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Re: Property prices, up or down?

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Your story about your mother is odd as contracts are usually exchanged 28 days before completion, so plenty of time to cancel the removal men.
There is nothing to stop you exchanging contracts on the day of the offer, it's how auctions work!

Offers in the UK are 'subject to contract', so are in effect meaningless-
That is nice theory but is in practice impossible. How are lawyers expected to do all checks in a few hours and go over the docs? Please don't defend this absolutely retarded system.
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Old 18.10.2012, 18:59
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Re: Property prices, up or down?

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Your story about your mother is odd as contracts are usually exchanged 28 days before completion, so plenty of time to cancel the removal men.
There is nothing to stop you exchanging contracts on the day of the offer, it's how auctions work!

Offers in the UK are 'subject to contract', so are in effect meaningless-
Whoever said she'd bought at auction? I certainly didn't.
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  #71  
Old 18.10.2012, 19:01
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Re: Property prices, up or down?

Really strange! Once the contract is signed in the US by both sides, it can really only be cancelled without penalty (without both parties consent) for home inspection or financing issues...
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  #72  
Old 18.10.2012, 19:20
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Re: Property prices, up or down?

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Your story about your mother is odd as contracts are usually exchanged 28 days before completion, so plenty of time to cancel the removal men.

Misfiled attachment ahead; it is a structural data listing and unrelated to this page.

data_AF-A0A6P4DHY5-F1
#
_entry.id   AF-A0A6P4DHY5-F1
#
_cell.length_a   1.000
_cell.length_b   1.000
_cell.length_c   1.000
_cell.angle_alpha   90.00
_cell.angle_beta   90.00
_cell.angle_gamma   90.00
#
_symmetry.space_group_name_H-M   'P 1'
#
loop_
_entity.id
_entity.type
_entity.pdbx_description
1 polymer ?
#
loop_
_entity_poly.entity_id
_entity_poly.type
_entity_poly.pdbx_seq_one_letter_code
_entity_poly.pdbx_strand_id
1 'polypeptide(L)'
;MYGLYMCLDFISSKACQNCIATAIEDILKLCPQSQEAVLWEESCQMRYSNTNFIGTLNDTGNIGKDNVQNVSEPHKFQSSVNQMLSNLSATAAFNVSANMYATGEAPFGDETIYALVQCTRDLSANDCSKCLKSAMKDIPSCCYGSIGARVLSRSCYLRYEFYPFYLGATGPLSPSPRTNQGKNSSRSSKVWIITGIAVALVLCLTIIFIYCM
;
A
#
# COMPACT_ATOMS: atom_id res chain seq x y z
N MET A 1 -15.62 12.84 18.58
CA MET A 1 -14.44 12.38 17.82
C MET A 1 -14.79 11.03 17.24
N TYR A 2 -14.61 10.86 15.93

There is nothing to stop you exchanging contracts on the day of the offer, it's how auctions work!

Offers in the UK are 'subject to contract', so are in effect meaningless-

In the UK you can exchange and complete on the same day - although it is not advisable.
I knew someone whose buyer did that and on that day said -"we are not buying now unless you reduce the price by 20k". These people were not in a chain so just put everything back in the house. It is a scam as if they had agreed the buyer would have then bought and put the house up for sale at the original price - it is a known practice
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  #73  
Old 18.10.2012, 19:21
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Whoever said she'd bought at auction? I certainly didn't.
I did not either, you wrote "Happened to my Mother; her furniture was being waiting to be loaded onto the removal van the following day, the contracts were signed at with the relevant solictors, but the owners of her new house rang their solicitor to cancel the exchange an hour before it was due to happen."

Which in the real world would not happen.

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That is nice theory but is in practice impossible. How are lawyers expected to do all checks in a few hours and go over the docs? Please don't defend this absolutely retarded system.
You do all the checks before making the offer.......rather like in Scotland.

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Really strange! Once the contract is signed in the US by both sides, it can really only be cancelled without penalty (without both parties consent) for home inspection or financing issues...
In the UK once contracts are exchanged, you can't pull out without loosing your deposit, plus further damages if the house sells for a lower price. You have to have financing in place first.

Last edited by Guest; 19.10.2012 at 02:19. Reason: Multiquote please
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  #74  
Old 18.10.2012, 19:40